British undercover police never had a moral compass to lose

Protestors demand answers over undercover policing in 2011. John Stillwell/PA Archive

The Metropolitan Police has agreed to pay more than £400,000 to an anonymous woman who unwittingly entered a relationship with an undercover police officer investigating her.

The woman was left traumatised when she discovered that the man who had fathered her first child had lied to her about his identity throughout their relationship. It’s a case that casts light on some of the deeply unethical behaviour that has gone on in undercover policing over the years.

Undercover Metropolitan police officers spent years penetrating protest groups in the UK. They assumed false identities and gained positions of trust within the groups. Some were arrested and even prosecuted while maintaining their cover as activists. Some went into a string of relationships with women in the groups they were investigating and some, as in this case, even fathered children.

Then they disappeared, leaving the women feeling bewildered and upset. Only years later did the woman in this particular case discover that her “boyfriend” was in fact an undercover officer.

Although compensation is now to be paid to the woman deceived by Bob Lambert, neither he, nor any of the other officers involved, face prosecution. The legal argument is that they did not commit offences against the women because they were not using their undercover identities to trick the women into having sex; the relationships were consensual.

The women argue they would never have slept with these men if they knew who they really were. The woman in the Lambert case was an animal rights activist but officers from the undercover unit also gathered intelligence on families campaigning over police shootings, deaths in police custody and those calling for investigations into racist murders.

The Met Police has already admitted such intelligence should not have been gathered and that the unit “lost its moral compass”. But a look at the record seems to show the unit never picked up its moral compass in the first place. How did it all go so wrong?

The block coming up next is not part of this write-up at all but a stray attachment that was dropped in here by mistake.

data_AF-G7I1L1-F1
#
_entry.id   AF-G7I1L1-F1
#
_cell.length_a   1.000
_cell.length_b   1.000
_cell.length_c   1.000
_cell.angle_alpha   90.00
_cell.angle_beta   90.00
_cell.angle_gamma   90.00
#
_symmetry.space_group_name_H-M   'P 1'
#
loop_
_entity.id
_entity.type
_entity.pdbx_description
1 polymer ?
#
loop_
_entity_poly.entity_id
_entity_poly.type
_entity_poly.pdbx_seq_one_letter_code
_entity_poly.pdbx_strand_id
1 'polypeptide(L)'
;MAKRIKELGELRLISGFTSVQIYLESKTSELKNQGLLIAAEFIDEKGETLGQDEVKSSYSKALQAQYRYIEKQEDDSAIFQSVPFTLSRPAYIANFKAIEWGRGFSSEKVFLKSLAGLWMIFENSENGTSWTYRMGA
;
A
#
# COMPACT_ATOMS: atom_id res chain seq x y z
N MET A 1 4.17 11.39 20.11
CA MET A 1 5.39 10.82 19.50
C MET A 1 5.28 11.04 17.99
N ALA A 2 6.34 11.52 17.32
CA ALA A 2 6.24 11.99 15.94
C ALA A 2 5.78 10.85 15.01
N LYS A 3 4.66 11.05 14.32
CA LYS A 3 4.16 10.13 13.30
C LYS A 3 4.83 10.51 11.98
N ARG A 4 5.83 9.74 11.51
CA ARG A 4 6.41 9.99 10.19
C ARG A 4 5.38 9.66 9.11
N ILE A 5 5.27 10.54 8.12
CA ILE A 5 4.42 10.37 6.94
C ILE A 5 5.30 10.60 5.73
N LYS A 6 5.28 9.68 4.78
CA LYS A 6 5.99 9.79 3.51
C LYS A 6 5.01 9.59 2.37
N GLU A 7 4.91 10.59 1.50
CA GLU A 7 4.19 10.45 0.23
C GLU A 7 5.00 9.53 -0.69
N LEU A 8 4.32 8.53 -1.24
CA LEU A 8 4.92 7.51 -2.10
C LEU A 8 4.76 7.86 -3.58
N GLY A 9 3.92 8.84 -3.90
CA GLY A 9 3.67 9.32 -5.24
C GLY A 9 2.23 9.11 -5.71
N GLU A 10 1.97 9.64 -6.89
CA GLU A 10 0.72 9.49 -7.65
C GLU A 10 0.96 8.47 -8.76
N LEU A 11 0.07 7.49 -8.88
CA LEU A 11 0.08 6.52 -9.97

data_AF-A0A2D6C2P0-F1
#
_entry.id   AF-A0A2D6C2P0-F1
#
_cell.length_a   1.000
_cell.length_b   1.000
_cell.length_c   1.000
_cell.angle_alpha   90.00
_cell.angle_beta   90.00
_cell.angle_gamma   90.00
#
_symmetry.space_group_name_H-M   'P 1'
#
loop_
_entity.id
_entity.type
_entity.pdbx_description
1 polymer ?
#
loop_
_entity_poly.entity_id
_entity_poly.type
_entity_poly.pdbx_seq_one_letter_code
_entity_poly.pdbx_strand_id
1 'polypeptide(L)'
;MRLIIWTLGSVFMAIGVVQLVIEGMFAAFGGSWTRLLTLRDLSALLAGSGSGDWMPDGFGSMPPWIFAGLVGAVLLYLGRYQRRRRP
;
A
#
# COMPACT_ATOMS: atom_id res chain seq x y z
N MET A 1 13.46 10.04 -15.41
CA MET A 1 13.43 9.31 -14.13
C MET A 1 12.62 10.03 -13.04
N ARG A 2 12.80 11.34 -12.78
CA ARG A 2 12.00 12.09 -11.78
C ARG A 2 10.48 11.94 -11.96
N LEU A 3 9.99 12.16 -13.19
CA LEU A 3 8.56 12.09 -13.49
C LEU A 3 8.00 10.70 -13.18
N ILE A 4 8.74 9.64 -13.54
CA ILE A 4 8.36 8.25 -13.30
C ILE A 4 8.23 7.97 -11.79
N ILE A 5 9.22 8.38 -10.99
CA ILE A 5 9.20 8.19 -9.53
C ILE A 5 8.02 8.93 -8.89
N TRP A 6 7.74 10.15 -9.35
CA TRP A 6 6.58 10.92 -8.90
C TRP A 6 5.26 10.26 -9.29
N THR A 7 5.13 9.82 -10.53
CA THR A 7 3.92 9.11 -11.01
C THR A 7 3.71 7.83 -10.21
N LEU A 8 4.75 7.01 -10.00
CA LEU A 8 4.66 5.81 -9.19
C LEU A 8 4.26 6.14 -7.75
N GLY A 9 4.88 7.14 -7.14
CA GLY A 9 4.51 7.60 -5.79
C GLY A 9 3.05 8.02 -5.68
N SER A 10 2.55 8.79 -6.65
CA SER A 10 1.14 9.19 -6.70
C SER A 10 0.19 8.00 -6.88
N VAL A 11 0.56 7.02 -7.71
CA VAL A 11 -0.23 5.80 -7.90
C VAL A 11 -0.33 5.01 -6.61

Undercover policing is needed to penetrate criminal networks and to gain intelligence on subversive groups. Undercover officers have played a part in tackling drugs importers, armed robbers and people traffickers. Undercover policing is also risky. In extreme cases it can lead to officers experiencing physical injury, suffering mental illness or even becoming addicts.

Unethical behaviour

But undercover policing in the UK has been bent out of shape ever since the 1960s, when it first gained real traction as a police tactic. This was when the Special Demonstration Squad – the Metropolitan Police undercover unit – was first established.

Various kinds of unethical behaviour started to emerge. The groups that were investigated didn’t pose a threat, for a start. Undercover police officers first targeted at anti-Vietnam War protesters in the late 1960s then anti-apartheid campaigners in the 1980s. By the 1990s, they were working on environmental protesters, about which they seemed to have developed a fixation.

When families campaigning for police investigation and reform are added it seems that the tax payer was funding covert in-depth investigations into groups that could not reasonably be classified as subversive or dangerous.

Another big problem was that much of the time, the police were not collecting material for evidence in a trial – they were collecting intelligence. Their activities were never likely to be challenged in court and their superiors seemed unconcerned as long as information was flowing in. Even when cases did get to court, officers did not disclose their roles or the way they might have been acting as agent provocateurs. The officers were not tasked or monitored properly, which enabled them to go rogue.

Undercover policing finally got a detailed legal framework under the Regulation of Investigatory Powers Act 2000. This sets out the tests for deploying an undercover officer. But there remains confusion about the law as well as about which groups should be targeted and how investigations should operate. Undercover policing is necessary and risky but its not a blank cheque to breach the trust and disintegrate the lives of those engaging in protest.

The Special Demonstration Squad was disbanded in 2005 but other organisations continue to run. These include the National Domestic Extremism and Disorder Intelligence Unit, with its undercover officers and database of widely defined “extremists”. Let’s hope undercover policing never again goes completely undercover.

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